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On 2/26/2021 at 10:50 AM, Cityplanner said:

You're exactly right; Belk has stated that stores won't close and the bankruptcy is a quick, pre-packaged deal.

I just figure that a retailer that's filing for bankruptcy and is in a distressed industry (mall-based department stores) can say it won't close stores, but I'll believe that when I see it.

It's just a matter of time before department stores are history. Same for Westgate Mall.

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I attended the last presentation to the public of final draft of the City Comprehensive Plan. I asked how the Westgate corridor plan was coming along. Apparently, the private parties that would need to be involved in bringing  the city’s vision to life are not interested in their vision. Apparently, they think it is a viable site as it is. Not sure how they can think along those lines when Westgate has declared bankruptcy… On the positive side of things though, developers for the Union Street corridor are onboard. The main challenge is changing the zoning from industrial to residential/commercial/mixed, as the case may be. With all the good things happening there already, I was happy to hear that. Westgate though - a total bummer.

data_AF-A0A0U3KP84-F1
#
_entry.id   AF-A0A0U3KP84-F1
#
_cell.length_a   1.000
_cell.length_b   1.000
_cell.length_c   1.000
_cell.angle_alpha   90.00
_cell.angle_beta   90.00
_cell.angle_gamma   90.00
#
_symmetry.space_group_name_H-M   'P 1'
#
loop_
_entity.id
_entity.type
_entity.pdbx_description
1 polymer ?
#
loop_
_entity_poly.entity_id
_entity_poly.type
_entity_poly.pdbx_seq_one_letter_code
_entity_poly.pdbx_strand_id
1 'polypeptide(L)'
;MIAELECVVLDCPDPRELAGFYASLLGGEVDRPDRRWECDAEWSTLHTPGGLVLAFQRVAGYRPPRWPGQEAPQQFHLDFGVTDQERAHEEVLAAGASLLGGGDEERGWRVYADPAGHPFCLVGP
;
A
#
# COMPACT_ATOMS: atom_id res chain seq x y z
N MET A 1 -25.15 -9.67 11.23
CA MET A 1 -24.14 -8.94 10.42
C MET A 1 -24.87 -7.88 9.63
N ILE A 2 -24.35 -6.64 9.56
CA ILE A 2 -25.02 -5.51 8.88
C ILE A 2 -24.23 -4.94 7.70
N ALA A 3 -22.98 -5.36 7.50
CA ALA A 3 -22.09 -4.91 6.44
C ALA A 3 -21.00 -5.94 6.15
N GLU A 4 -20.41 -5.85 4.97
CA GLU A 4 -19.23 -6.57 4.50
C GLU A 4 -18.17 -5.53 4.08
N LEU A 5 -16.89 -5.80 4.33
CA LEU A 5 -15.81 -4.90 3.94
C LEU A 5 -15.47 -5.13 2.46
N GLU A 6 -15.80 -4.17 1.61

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It's probably more accurate to say that the market doesn't exist to do something different at this point in time. You're only just now starting to see suburban town centers in the Upstate, including that large one in Mauldin. True mall conversions require substantial investment to raze/rebulid. I think Raleigh is the smallest market I'm aware of that has seen a mall redevelopment into an urban product (North Hills). Anyone aware of something similar in a smaller market?